Friday, May 6, 2011

Valproic Acid and Derivatives Drug Information

Type of Drug:

Anticonvulsant; drug used to treat epilepsy, seizures, and other conditions.

How the Drug Works:

Valproic acid prevents or reduces the number of seizures by controlling the abnormal activity of nerve impulses in the brain and central nervous system. Sodium valproate and divalproex sodium are converted to valproic acid in the body.


Used alone or in combination with other anticonvulsants to control simple and complex absence seizures (petit mal).

Used alone or in combination with other anticonvulsants to control isolated complex partial seizures or complex partial seizures associated with other types of seizures.

Delayed-release tablets: To treat manic episodes associated with bipolar disorder.

Delayed-release, extended-release tablets: For the prevention of migraine headaches.

Unlabeled Uses: May be effective as an adjunct to antipsychotic drugs in the symptomatic management of schizophrenia in patients who fail to respond to an adequate trial of the antipsychotic agent alone. Also may be a useful adjunct in schizophrenic patients with EEG abnormalities suggestive of seizure activity, or in those patients with agitated or violent behavior. May be effective in relieving tardive dyskinesia in patient receiving long-term antipsychotic drug therapy. For the treatment of aggressive outbursts in children with attention deficit hyperactivity disorder. Has been shown to be effective in a limited number of nations with organic brain syndrome.


Liver disease: Liver failure resulting in death has occurred in patients receiving valproic acid and its derivatives. Children younger than 2 years of age are at an increased risk of developing fatal liver toxicity, especially if they are taking several anticonvulsant medications or have birthA­related metabolic disorders, severe seizure disorders accompanied by mental retardation, or brain damage. Liver problems usually occur during the first 6 months of treatment. Loss of seizure control, general feeling of ill health, weakness, drowsiness, facial swelling, appetite loss, yellowing of skin and eyes, or persistent or unexplained vomiting may be warning signs of possible liver problems.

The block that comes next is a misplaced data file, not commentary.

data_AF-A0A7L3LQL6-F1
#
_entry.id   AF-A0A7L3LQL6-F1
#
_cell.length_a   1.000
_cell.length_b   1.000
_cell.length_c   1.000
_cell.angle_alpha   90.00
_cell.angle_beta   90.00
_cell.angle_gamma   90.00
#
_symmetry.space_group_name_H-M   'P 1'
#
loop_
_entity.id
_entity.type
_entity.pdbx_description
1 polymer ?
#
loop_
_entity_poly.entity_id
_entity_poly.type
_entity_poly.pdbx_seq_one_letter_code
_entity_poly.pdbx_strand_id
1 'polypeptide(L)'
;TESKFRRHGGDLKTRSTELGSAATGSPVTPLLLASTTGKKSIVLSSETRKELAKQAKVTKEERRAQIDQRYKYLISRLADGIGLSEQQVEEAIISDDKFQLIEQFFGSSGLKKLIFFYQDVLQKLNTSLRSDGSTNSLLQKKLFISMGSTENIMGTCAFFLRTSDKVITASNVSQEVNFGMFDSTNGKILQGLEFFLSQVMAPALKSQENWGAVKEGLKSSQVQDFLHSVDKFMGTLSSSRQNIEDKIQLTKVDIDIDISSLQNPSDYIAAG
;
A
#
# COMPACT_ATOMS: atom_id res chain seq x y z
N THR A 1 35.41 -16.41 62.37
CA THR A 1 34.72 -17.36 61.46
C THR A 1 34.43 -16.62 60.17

Pancreatitis: Cases of life-threatening pancreatitis have been reported in children and adults receiving valproate. Pancreatitis can occur at any time while using valproic acid. Abdominal pain, nausea, vomiting, or anorexia can be symptoms of pancreatitis that require prompt medical evaluation.

Pregnancy: Studies have shown a potential risk to the fetus. Using these drugs during pregnancy may result in birth defects. If you are pregnant or are planning to become pregnant, discuss with your doctor the possible risks to the unborn infant. Use only if clearly needed and the potential benefits outweigh the possible risks.

Breastfeeding: Valproic acid appears in breast milk. Consult your doctor before you begin breastfeeding.

Children: Children younger than 2 years of age may be particularly sensitive to the possible liver damage caused by valproic acid, especially if taking other anticonvulsant drugs at the same time. Safety and effectiveness have not been established in children younger than 18 years of age for treatment of acute mania. Safety and efficacy of divalproex sodium for the prevention of migraines has not been established in children younger than 16 years of age. Safety and effectiveness of divalproex sodium extended-release tablets for the prevention of migraine headache and treatment of epilepsy have not been established in children younger than 18 years of age. Sprinkle capsules me for adults and children 10 years of age and older. Consult your doctor See Liver disease.

Elderly: Elderly patients may be at an increased risk of drowsiness and tremor. Lower doses are usually used when starting therapy.

Lab Tests: Lab tests will be required during treatment. Tests may include liver function, blood cell counts, blood-clotting tests, and valproic acid blood levels.

Drug Interactions:

Tell your doctor or pharmacist if you are taking or planning to take any over-the-counter or prescription medications or dietary supplements with this drug. Drug doses may need to be modified or a different drug prescribed. The following drugs and drug classes interact with this drug:

Carbamazepine (eg, Tegretol)

Diazepam (eg, Valium)

Ethosuximide (eg, Zarontin)

Felbamate (Felbatol)

Hydantoins (eg, phenytoin)

Lamotrigine (Lamictal)

Phenobarbital (eg, Solfoton)

Primidone (eg, Mysoline)

Salicylates (eg, aspirin)

Side Effects: